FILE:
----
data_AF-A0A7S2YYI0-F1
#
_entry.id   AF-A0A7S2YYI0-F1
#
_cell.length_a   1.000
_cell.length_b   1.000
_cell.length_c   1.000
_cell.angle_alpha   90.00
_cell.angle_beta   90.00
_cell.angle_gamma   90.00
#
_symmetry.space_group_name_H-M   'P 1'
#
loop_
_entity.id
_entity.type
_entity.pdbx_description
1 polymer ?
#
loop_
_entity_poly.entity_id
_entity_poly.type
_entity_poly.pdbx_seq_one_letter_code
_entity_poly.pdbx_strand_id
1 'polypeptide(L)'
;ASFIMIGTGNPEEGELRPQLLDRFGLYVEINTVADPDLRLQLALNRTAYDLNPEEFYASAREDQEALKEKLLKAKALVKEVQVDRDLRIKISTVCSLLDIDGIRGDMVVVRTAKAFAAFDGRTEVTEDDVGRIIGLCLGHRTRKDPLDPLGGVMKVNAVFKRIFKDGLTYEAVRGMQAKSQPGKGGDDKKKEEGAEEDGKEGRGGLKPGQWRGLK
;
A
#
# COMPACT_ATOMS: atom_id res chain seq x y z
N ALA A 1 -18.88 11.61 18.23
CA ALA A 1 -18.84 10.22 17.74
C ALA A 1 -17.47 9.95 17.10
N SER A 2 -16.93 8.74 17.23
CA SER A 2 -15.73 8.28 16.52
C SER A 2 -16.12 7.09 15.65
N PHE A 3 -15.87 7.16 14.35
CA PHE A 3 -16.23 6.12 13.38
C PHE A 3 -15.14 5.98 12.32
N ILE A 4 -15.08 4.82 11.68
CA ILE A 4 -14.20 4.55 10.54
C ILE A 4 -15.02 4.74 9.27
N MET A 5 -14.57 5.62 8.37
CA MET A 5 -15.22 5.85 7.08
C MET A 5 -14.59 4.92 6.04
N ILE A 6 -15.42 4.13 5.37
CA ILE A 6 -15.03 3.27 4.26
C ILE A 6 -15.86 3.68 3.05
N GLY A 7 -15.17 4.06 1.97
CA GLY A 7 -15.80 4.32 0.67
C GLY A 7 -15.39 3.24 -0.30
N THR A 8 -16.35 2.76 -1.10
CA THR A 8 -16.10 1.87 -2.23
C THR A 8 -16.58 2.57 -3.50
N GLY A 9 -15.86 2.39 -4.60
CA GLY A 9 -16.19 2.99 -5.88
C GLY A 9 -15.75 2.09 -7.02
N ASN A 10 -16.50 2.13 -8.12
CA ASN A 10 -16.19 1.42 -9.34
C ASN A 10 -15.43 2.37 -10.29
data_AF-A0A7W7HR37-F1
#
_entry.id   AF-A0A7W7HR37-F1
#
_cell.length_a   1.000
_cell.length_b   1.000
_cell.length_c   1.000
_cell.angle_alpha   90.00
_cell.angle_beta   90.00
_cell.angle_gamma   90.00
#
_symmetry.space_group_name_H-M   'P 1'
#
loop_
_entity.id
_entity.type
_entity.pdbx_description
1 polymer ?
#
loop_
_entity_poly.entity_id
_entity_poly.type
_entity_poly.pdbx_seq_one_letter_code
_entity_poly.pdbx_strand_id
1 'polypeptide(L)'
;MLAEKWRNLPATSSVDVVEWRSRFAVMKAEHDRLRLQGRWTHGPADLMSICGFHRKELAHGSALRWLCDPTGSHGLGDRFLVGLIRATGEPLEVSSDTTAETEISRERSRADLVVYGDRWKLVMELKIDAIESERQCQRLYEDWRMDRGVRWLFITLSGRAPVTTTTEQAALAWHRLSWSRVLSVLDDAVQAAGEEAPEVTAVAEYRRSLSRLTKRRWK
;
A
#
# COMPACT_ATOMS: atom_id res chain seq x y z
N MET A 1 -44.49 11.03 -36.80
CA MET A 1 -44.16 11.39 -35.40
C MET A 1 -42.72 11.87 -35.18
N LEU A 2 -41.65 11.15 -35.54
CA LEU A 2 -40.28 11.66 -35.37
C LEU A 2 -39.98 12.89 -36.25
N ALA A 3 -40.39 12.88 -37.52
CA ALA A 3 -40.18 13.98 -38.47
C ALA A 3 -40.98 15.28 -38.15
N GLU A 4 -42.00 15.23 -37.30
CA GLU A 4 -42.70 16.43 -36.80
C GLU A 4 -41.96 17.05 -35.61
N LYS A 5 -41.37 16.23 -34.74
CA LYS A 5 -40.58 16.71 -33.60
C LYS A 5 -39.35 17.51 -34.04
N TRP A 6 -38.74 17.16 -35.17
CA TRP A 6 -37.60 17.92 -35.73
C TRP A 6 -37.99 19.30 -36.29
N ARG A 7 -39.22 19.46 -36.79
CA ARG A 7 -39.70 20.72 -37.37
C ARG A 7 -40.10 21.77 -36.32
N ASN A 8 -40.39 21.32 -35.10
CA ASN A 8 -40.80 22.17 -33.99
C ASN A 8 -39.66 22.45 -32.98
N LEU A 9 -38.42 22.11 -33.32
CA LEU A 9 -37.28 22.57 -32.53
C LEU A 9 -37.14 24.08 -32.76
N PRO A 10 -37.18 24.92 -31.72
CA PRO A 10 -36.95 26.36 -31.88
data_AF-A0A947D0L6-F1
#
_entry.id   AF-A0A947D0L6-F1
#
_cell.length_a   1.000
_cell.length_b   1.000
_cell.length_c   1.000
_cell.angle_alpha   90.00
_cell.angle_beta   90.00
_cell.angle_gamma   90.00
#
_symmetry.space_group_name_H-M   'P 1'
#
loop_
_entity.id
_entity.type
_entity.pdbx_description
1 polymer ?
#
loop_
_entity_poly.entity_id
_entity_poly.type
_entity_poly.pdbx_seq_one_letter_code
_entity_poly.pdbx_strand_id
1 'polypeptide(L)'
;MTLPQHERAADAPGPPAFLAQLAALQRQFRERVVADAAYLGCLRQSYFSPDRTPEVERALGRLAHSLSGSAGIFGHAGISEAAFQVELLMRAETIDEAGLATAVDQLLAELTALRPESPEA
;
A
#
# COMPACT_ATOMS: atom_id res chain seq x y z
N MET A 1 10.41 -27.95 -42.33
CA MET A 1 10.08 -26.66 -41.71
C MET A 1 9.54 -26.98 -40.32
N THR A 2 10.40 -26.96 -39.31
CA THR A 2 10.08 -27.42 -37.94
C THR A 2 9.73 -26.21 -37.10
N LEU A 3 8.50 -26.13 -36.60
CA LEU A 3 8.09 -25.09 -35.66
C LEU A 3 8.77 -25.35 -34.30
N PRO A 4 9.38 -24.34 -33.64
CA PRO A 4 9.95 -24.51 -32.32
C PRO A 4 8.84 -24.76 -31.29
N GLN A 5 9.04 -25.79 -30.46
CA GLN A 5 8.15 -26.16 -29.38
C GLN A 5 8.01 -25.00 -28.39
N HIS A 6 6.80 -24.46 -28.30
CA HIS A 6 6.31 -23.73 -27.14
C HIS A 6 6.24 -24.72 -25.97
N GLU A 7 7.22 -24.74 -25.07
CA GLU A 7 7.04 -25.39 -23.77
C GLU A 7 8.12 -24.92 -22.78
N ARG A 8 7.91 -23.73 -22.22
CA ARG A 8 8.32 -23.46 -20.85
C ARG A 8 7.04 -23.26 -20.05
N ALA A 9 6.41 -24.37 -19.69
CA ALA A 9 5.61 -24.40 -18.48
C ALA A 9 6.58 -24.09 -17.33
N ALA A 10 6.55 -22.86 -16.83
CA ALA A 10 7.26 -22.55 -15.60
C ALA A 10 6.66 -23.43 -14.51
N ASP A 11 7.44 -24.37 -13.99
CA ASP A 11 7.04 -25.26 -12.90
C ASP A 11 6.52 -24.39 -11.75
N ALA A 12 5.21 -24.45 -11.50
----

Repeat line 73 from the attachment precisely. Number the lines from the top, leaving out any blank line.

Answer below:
#